Friedrich Nietzsche

Twilight of the Idols


We no longer have any sympathy today with the concept of “free will.” We know only too well what it is—the most infamous of all the arts of the theologian for making mankind “accountable” in his sense of the word, that is to say for making mankind dependent on him…. I give here only the psychology of making men accountable. Everywhere accountability is sought, it is usually the instinct for punishing and judging which seeks it. One has deprived becoming of its innocence if being in this or that state is traced back to will, to intentions, to accountable acts: the doctrine of will has been invented essentially for the purpose of punishment, that is of finding guilty. The whole of the old-style psychology, the psychology of will, has as its precondition the desire of its authors—the priests at the head of the ancient communities—to create for themselves a right to ordain punishments, or their desire to create for God a right to do so…. Men were thought of as “free” so that they could become guilty; consequently, every action had to be thought of as willed, the origin of eve­ry action as lying in the consciousness (whereby the most fundamental falsification in psychologicis was made into the very principle of psychology)…. Today, when we have started to move in the reverse direction, when we immoralists especially are trying with all our might to remove the concept of guilt and the concept of punishment from the world and to purge psychology, history, nature, the social institutions, and sanctions of them, there is in our eyes no more radical opposition than that of the theologians, who continue to infect the innocence of becoming with “punishment” and “guilt” by means of the concept of the “moral world order.” Christianity is a hangman’s metaphysics.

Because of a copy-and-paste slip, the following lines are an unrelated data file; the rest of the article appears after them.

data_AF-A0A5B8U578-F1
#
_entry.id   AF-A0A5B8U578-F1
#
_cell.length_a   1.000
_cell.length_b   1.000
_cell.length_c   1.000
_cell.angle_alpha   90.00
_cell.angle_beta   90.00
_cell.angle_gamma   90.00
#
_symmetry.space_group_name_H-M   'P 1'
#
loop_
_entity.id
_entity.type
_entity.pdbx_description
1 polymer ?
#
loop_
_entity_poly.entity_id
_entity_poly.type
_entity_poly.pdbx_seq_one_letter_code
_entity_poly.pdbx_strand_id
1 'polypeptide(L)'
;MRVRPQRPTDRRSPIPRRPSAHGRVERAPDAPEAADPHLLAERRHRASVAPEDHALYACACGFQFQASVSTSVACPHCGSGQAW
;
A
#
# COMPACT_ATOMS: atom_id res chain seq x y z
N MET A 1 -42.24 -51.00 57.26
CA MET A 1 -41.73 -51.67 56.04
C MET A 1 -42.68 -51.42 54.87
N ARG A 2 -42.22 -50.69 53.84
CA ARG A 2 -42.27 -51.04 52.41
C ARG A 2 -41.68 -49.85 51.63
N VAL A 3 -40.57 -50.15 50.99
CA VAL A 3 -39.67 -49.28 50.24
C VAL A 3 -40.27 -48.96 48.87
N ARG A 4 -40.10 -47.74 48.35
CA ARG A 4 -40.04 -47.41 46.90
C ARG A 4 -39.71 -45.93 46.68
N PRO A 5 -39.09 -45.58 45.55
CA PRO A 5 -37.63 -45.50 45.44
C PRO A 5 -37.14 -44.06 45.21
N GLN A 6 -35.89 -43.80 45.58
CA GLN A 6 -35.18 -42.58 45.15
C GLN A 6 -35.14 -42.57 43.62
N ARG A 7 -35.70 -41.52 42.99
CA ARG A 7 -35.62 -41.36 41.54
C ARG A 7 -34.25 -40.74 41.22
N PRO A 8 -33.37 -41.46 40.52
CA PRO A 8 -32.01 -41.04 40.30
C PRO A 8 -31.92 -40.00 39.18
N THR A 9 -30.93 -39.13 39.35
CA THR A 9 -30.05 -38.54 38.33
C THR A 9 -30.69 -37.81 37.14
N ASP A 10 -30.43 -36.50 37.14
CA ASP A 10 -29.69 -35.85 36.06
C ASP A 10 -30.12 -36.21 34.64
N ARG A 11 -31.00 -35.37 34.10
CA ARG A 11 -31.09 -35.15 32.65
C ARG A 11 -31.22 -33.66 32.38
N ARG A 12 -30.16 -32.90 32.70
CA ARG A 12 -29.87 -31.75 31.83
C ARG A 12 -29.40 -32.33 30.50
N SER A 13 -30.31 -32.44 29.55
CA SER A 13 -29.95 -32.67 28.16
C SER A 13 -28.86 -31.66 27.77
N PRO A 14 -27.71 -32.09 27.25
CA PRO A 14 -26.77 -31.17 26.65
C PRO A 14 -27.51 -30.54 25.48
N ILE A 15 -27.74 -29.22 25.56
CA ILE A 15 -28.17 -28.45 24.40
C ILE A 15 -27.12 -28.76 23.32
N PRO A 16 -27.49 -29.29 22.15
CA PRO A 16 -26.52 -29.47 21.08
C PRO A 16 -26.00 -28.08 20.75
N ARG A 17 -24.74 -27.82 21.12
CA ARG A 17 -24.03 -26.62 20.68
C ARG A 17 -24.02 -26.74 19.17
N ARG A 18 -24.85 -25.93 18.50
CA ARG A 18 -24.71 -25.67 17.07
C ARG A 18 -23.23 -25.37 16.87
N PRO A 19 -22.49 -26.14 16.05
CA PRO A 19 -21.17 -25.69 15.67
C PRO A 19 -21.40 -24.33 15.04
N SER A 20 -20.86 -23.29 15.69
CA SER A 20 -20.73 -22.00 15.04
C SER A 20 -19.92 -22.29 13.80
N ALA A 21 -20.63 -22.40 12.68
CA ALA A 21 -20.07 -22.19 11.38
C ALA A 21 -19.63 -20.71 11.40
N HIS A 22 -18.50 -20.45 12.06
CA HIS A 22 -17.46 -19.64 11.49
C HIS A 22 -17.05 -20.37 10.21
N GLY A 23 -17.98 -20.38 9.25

Clarence Darrow

 The State of Illinois v. Nathan Leopold & Richard Loeb


[Nathan Leopold] became enamored of the philosophy of Nietzsche. Your Honor, I have read almost everything that Nietzsche ever wrote. He was a man of a wonderful intellect—the most original philosopher of the last century. Nietzsche believed that sometime the superman would be born, that evolution was working toward the superman. He wrote one book which was a criticism of all moral codes as the world understands them—a treatise holding that the intelligent man is beyond good and evil, that the laws for good and the laws for evil do not apply to those who approach the superman. He wrote on the will to power. Nathan Leopold is not the only boy who has read Nietzsche. He may be the only one who was influenced in the way that he was influenced.

Nietzsche’s attitude is but a philosophical dream—containing more or less truth—that was not meant by anyone to be applied to life.

Here is a boy at sixteen or seventeen becoming obsessed with these doctrines. There isn’t any question about the facts. It was not a casual bit of philosophy with him; it was his life. He believed in a superman. He and Dickie Loeb were the supermen. The ordinary commands of society were not for him.

Is there any question about what was responsible for him?

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